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Surgical Sleep Apnea Correction Procedures
There are many different varieties of surgery for sleep apnea and snoring. But CPAP is the first treatment option for anyone who has sleep apnea. Oral appliance therapy, in addition, is an alternative treatment option for people with mild to moderate sleep apnea. The participants of the sleep team will help you decide if surgery is right for you. Some of the surgical options include:
Radiofrequency Volumetric Tissue Reduction (RFVTR)
Radiofrequency ablation is a treatment choice for people with mild to moderate sleep apnea. It utilizes controlled cauterization to reduce and tighten the tissues in and around the throat. It can be used in the soft palate, tonsils, and tongue.
Septoplasty and Turbinate Reduction
This surgical option opens your nasal passage to improve the flow of air. Septoplasty corrects a bent or deviated nasal septum. This is the divider that separates the two sides of the nose. Turbinate reduction eliminates the curved structures that protrude from the side of the nose. They can be enlarged for a variety of reasons, including allergies. Medications also can help minimize the size of turbinates.
During sleep, the tongue can recline back to block the space for breathing in your throat. This surgery moves the primary tongue attachment forward, opening up room for breathing behind the tongue. It involves making a slice in the lower jaw where the tongue attaches. This piece of bone (but not the entire jaw) is then pushed forward.
Weight loss surgery
Bariatric surgery can lead to weight loss and may improve sleep apnea in people who are obese. But weight loss surgery usually is prescribed because of other health risks related to obesity. Before weight loss surgery, you may be directed to a sleep physician for an evaluation and sleep study.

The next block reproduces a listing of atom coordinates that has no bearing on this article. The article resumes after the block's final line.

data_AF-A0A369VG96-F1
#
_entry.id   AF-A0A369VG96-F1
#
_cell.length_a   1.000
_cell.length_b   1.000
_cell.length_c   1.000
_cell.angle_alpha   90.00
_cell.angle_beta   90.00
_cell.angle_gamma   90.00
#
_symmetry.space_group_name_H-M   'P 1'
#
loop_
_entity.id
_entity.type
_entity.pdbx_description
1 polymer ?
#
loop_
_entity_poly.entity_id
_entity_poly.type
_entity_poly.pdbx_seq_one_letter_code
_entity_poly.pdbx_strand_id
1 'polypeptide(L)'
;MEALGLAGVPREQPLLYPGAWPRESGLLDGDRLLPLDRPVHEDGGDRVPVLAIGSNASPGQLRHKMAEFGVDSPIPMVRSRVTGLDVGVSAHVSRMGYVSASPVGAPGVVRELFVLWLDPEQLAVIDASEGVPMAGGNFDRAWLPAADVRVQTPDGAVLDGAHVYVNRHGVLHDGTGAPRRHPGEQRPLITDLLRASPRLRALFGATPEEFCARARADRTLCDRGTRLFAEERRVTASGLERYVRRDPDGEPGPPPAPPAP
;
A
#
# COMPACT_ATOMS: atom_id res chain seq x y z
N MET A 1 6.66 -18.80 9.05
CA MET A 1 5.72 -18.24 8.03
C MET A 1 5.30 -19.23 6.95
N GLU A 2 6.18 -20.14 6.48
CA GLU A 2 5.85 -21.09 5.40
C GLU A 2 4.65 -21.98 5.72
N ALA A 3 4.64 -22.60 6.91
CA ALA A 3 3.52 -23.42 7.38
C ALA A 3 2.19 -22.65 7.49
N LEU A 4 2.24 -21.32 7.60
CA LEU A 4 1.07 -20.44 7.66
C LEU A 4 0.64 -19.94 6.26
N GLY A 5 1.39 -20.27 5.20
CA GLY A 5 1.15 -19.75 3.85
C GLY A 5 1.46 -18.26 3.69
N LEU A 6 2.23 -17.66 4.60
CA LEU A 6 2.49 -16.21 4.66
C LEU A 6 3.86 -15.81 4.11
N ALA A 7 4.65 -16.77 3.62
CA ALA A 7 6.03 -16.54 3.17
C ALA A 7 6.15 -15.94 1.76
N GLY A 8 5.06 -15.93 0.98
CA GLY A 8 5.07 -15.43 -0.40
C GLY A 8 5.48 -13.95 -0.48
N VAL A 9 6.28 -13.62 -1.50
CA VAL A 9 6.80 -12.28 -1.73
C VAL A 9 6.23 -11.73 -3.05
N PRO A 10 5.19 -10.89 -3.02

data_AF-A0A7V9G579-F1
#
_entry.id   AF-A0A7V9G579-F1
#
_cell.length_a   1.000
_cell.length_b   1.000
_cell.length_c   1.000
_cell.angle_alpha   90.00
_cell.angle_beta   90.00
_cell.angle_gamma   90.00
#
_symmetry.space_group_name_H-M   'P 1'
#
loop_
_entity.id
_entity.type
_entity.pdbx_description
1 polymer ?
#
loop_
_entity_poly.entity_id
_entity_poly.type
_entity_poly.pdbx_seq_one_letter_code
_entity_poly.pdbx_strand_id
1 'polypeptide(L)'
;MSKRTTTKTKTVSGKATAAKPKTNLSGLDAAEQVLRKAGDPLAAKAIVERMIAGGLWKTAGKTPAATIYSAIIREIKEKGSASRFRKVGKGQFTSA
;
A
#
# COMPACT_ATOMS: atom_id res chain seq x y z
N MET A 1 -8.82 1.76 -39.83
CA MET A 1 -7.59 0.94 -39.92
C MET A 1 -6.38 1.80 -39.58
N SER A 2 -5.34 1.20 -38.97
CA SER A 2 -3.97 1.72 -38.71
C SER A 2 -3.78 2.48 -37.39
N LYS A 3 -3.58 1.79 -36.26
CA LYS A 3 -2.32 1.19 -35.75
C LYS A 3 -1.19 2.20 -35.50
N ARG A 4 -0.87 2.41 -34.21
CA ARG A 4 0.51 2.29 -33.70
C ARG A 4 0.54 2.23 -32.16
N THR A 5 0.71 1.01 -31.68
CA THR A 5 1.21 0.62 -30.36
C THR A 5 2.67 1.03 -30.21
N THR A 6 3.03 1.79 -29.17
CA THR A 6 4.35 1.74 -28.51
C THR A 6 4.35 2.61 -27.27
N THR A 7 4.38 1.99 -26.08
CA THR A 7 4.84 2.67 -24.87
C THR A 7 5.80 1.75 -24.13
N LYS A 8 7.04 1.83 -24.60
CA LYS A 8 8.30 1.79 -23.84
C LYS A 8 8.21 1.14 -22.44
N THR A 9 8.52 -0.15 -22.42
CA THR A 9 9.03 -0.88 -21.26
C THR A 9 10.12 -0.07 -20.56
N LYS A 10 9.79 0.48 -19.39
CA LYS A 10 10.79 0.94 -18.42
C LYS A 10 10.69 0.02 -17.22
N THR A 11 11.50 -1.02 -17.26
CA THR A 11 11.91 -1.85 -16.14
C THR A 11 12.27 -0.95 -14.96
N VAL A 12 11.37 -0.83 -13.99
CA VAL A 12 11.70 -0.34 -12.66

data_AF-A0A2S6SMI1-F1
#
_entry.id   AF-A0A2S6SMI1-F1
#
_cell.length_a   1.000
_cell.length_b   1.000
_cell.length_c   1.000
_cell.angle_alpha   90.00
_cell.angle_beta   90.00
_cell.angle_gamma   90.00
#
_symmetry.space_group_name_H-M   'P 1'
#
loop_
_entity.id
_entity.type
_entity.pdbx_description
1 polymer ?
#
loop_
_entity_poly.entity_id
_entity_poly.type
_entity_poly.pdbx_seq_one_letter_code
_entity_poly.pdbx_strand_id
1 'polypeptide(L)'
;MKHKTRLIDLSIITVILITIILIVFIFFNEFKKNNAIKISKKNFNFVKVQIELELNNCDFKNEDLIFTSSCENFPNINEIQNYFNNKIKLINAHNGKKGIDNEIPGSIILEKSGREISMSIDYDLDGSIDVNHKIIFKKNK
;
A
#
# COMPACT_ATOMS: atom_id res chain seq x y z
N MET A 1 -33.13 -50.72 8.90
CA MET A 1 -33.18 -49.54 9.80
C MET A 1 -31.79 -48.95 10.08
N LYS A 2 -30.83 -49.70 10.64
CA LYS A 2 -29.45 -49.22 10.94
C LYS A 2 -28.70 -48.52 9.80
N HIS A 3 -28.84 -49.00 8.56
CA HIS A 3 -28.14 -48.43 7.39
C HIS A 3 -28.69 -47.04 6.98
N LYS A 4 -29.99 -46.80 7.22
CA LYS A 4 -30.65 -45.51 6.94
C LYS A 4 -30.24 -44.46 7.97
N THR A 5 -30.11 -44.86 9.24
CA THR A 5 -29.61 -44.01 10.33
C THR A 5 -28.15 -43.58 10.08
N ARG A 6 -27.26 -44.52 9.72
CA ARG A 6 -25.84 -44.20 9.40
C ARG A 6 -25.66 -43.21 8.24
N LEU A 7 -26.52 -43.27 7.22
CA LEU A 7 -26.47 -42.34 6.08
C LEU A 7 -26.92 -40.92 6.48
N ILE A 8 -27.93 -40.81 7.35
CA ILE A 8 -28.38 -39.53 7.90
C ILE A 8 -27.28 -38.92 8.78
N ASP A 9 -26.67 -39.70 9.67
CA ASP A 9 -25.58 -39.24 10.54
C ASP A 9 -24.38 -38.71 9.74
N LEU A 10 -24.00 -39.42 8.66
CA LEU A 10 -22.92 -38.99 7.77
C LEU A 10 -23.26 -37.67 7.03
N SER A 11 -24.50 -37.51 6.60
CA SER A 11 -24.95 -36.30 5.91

There are numerous types of weight loss surgery. Some procedures minimize the size of the stomach, making it harder to eat as much food. Each operation has different risks and advantages. People who are obese should work with their doctors to enforce other weight loss strategies before considering surgery. It would be best if you used CPAP before and after weight loss surgery.
This surgery is an appropriate treatment for sleep apnea. But it is a drastic last result that is used in rare, emergency situations. Other treatment options are preferable for nearly all patients with sleep apnea.
It includes placing a hollow breathing tube directly into your windpipe in the lower section of the neck. This tube can be input during the day, allowing you to breathe and speak, usually through your nose and mouth. At night the tube is opened to give room for you to breathe without any blockage in your throat.